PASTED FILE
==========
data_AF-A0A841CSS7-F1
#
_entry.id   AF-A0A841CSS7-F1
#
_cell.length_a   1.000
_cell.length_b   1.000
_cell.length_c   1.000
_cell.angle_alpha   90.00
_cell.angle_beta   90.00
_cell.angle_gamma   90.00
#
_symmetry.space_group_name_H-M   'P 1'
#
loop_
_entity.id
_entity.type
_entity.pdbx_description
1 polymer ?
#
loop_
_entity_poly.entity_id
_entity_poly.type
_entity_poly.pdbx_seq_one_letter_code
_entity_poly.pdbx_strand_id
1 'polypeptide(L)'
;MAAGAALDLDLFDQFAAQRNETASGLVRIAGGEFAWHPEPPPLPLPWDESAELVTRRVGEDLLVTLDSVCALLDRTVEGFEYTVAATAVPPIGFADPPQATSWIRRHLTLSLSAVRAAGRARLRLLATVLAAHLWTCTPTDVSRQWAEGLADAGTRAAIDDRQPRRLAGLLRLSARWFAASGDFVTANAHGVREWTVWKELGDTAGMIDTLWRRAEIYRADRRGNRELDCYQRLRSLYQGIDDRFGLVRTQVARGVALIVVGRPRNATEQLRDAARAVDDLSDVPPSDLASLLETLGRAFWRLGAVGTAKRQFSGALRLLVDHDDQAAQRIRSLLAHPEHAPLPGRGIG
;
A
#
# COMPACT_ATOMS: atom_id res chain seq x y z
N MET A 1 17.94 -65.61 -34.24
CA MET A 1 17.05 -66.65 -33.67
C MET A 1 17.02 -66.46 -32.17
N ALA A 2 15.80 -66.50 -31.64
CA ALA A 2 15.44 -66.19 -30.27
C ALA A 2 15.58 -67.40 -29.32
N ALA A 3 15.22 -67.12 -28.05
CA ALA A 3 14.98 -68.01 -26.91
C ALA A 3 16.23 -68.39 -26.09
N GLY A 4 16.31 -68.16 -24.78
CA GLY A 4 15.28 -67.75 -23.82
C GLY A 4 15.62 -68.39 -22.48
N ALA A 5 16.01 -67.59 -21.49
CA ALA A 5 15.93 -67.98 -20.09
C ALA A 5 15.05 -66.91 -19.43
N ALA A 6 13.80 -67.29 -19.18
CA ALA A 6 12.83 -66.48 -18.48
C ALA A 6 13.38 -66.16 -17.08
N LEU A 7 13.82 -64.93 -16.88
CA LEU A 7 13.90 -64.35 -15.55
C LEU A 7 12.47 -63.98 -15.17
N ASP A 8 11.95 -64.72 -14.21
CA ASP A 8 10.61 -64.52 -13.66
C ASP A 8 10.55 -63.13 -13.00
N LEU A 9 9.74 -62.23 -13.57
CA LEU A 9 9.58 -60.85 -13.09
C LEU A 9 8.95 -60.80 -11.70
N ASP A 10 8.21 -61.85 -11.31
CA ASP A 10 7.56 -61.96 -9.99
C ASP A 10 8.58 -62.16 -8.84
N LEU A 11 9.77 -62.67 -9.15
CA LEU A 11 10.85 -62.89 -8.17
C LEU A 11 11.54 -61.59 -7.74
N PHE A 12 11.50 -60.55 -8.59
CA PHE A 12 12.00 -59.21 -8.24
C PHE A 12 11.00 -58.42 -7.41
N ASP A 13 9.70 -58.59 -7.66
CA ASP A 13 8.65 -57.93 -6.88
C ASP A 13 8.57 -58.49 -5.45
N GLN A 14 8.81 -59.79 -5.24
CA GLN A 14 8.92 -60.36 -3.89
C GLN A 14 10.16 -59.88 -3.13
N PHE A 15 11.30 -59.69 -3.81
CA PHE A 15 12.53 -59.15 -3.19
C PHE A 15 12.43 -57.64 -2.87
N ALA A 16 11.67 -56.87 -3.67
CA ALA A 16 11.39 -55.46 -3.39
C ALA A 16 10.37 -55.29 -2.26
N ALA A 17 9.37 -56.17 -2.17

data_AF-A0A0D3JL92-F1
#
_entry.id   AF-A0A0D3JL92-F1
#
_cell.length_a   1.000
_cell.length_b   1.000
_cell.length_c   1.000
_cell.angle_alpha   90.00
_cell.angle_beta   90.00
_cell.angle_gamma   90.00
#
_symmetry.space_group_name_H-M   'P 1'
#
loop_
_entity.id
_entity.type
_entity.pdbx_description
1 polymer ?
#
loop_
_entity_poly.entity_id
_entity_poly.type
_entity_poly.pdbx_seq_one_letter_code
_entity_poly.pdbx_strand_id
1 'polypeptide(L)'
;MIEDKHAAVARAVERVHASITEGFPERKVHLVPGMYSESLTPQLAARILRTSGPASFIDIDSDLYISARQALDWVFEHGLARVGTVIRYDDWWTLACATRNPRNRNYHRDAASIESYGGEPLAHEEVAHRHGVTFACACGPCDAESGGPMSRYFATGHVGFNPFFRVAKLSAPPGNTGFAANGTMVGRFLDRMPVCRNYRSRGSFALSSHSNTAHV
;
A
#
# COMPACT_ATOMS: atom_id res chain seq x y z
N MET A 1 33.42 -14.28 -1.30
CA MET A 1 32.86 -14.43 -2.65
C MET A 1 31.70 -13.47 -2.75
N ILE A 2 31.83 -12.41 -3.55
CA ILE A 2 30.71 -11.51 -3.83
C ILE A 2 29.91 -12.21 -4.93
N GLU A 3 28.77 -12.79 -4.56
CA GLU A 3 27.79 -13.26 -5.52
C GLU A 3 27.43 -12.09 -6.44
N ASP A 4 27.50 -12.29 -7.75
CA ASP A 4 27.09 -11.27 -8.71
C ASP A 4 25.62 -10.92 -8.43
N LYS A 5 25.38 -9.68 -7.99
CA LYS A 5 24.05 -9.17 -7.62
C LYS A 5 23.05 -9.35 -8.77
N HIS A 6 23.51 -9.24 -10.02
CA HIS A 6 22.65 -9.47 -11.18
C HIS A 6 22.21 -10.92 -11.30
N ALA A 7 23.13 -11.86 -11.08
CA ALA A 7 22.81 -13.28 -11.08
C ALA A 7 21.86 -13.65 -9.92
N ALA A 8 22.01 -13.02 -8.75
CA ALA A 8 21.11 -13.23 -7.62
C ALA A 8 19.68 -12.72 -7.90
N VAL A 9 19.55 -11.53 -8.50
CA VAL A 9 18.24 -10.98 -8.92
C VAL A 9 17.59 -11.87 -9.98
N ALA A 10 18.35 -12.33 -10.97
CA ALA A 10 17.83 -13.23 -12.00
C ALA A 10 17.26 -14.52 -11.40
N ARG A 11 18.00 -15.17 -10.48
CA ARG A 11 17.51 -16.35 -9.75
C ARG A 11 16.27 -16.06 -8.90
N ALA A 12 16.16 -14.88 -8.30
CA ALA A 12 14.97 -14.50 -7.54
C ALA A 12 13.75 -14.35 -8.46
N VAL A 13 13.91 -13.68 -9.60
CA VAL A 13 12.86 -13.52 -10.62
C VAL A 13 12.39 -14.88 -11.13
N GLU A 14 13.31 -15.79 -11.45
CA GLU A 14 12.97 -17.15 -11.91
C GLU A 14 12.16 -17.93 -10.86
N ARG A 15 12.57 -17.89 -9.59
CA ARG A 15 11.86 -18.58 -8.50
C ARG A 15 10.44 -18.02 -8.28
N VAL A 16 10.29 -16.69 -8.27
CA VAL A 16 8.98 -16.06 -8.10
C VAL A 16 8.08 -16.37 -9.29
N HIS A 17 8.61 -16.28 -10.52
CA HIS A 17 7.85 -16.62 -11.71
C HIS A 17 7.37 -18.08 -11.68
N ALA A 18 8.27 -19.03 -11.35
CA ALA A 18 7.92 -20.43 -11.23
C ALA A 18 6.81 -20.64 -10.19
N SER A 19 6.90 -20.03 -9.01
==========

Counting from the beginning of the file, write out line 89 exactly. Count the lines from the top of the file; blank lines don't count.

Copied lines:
_cell.angle_gamma   90.00